July 8, 2022 By Christian Murray
Dozens of elected officials—including many from Queens—are calling on the New York State Public Service Commission to block Con Edison’s proposal to hike electricity and gas bills next year.
Forty-nine officials from New York City and Westchester County are asking the PSC to deny Con Ed’s proposed rate hike that would raise the average customer’s overall electric bill by 11.2 percent and gas bill by 18.2 percent. The increases would take effect in 2023 and apply to residents of New York City and Westchester.
Con Ed, a publicly traded company, is calling for the increase in order to fund a $1.2 billion upgrade to its electric delivery system and a $500 million upgrade to its gas system. It is also planning to invest additional funds in renewable energy as it looks to reduce its use of fossil fuels.
The elected officials sent a letter to the PSC and Gov. Kathy Hochul on July 6 urging them to deny what they described as “Con Ed’s egregious rate hike.”
They say that 385,000 of Con Ed’s New York City and Westchester customers are already behind on their bills due to the economic fallout of the pandemic, runaway inflation and surging fuel prices. They argue that the hike will only exacerbate people’s hardship.
The officials say that the proposal would result in an extra $20.90 per month for electricity and $37.88 more per month for gas for the average customer.
“For my constituents facing inflation and an uncertain economy, these increases on an essential service, where they are at the mercy of this monopoly, whose profits have been tremendous while performance has been lacking, are simply unacceptable, unaffordable and quite frankly infuriating,” said State Sen. Shelly Mayer, who represents a district in Westchester.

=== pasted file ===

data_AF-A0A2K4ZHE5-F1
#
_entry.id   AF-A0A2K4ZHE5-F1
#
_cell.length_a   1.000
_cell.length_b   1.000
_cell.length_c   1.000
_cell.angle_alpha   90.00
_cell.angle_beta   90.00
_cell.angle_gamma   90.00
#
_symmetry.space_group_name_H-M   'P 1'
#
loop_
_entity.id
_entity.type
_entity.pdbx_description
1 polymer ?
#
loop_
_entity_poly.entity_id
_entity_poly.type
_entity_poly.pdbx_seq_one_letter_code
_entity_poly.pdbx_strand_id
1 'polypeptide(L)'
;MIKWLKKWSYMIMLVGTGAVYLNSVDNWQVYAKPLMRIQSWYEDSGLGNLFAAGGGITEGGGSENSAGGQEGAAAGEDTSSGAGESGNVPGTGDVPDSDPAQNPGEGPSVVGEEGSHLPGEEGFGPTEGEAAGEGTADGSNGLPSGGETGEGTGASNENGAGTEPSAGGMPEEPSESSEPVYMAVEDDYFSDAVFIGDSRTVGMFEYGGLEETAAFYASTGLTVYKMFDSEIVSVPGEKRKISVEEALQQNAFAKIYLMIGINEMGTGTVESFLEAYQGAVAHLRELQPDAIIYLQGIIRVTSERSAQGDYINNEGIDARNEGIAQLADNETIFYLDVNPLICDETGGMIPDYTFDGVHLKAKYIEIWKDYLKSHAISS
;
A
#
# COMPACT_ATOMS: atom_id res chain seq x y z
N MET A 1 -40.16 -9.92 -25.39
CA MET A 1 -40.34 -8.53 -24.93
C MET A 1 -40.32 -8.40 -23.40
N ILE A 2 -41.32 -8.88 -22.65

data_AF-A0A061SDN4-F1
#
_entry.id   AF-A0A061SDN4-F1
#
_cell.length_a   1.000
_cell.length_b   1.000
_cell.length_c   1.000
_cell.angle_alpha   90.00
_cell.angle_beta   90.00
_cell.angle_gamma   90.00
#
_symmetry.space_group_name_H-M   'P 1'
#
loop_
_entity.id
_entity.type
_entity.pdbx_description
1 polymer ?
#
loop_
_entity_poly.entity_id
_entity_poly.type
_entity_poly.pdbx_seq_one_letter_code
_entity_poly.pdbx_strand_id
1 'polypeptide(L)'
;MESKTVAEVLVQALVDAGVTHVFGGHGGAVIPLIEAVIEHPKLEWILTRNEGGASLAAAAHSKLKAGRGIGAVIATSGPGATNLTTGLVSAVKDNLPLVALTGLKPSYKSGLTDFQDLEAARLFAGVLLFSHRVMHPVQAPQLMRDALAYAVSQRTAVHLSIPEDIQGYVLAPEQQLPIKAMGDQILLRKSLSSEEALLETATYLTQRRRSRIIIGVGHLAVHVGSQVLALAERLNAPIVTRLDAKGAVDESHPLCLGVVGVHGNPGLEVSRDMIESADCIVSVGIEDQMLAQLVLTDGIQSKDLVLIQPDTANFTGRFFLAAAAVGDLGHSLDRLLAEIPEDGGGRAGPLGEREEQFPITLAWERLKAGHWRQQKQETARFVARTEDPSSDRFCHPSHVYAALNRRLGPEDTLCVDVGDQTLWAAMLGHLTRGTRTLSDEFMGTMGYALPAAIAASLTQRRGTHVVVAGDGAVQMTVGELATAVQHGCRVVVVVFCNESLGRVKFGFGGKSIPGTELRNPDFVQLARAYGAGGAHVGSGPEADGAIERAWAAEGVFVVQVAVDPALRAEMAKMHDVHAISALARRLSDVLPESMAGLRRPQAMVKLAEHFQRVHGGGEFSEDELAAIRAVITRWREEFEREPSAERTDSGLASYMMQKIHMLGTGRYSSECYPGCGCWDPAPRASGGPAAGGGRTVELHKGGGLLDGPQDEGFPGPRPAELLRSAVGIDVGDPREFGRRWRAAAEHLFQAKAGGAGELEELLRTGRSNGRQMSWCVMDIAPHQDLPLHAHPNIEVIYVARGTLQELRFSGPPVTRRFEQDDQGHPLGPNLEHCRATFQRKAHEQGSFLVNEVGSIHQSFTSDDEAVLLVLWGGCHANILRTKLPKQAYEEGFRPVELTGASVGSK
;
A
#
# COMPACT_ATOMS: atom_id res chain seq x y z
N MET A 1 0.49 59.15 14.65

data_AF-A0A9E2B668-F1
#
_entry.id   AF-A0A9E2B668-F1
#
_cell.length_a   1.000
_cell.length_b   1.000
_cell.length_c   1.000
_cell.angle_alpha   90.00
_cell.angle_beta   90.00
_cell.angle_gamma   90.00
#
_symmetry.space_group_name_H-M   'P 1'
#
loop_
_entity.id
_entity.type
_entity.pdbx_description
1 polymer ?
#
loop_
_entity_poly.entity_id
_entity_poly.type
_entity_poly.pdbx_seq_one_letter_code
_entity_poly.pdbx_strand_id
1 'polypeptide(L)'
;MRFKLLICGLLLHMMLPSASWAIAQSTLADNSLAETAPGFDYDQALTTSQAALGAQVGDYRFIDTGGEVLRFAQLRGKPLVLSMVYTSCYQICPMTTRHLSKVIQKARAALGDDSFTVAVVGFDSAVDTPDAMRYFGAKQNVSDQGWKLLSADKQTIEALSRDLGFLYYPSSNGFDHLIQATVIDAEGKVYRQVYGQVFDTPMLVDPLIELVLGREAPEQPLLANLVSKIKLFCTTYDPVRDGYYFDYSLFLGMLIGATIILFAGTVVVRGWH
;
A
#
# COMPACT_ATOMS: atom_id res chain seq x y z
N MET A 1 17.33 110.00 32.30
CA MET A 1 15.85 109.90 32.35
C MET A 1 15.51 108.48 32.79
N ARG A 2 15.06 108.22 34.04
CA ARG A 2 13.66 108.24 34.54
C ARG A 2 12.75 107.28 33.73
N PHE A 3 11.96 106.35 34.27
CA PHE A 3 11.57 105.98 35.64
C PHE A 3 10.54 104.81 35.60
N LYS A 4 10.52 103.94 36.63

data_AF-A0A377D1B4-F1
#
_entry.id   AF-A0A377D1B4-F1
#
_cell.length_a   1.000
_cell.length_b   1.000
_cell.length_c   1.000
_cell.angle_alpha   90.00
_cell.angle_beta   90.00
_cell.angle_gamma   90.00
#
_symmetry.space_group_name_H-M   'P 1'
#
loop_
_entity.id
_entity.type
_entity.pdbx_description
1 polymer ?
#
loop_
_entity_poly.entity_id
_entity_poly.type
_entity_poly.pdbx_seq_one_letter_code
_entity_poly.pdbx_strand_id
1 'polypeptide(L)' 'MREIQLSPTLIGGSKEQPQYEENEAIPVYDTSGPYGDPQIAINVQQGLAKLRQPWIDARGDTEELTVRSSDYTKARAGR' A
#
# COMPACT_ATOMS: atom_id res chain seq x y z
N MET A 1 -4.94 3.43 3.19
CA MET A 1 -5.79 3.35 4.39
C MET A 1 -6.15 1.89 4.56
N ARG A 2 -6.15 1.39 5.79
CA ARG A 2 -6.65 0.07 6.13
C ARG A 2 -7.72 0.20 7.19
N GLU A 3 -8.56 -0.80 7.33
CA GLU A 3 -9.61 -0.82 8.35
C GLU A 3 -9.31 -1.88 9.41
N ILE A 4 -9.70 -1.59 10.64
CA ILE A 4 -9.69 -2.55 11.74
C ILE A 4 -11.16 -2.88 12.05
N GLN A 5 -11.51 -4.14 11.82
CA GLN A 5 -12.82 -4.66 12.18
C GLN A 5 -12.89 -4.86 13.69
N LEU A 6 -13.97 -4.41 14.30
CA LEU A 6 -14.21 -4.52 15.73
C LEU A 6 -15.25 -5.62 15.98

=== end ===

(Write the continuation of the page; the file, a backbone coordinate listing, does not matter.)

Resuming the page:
The proposal primarily deals with Con Ed hiking its delivery charges, one of the three main components—along with the supply charge and taxes—included in electric and gas bills.
Delivery charges are levied by Con Ed to maintain the system. The system transports the energy, through the use of wires, substations, towers, transistors and other related infrastructure.
The state, through the Public Service Commission, regulates the delivery rates, which Con Ed is looking to increase. The company aims to raise these rates by 17.6 percent for electricity delivery and 28.1 percent for gas delivery.
The second component is the supply charge, which changes based on the cost of fuel needed to run the generators. Con Ed is not permitted to make a profit on the supply cost.
The third component is property taxes, which Con Ed says it is required to pay $2.5 billion in 2023. Property taxes, according to the company, will account for approximately $180 million of the proposed increase in electric costs and $75 million of the proposed increase in gas costs.
Councilmember Tiffany Cabán, who signed the letter, said that the proposed price hikes are unreasonable and come at a time when New Yorkers are facing higher food and fuel pump costs. She also said that tenants are also dealing with rent increases.
“The PSC must serve the public, not Con Ed’s bottom line. Con Ed’s rate hike request is unaffordable and must be denied, simple and plain.”
Cabán is among the many Queens officials to sign the letter. Others include State Senators Michael Gianaris and Jessica Ramos; Assemblymembers Zohran Mamdani, Nily Rozic, Andrew Hevesi, Brian Barnwell, Khaleel Anderson and Jessica González-Rojas; as well as Councilmembers Lynn Schulman, Shekar Krishnan, Julie Won and Robert Holden.
“The constituents I serve in Queens, like many New Yorkers, cannot afford already exorbitant utility costs,” González-Rojas said. “Cost of living across the city and state is rapidly outpacing wage growth and so many New Yorkers are facing economic hardship.”
How much electricity is used in Times Square? I was there once at 11:00 p.m. and it looked like it was 11:00 a.m. I’m glad it was well lit, but keeping every light on has got to cost millions of dollars. Are we paying for it in our bills?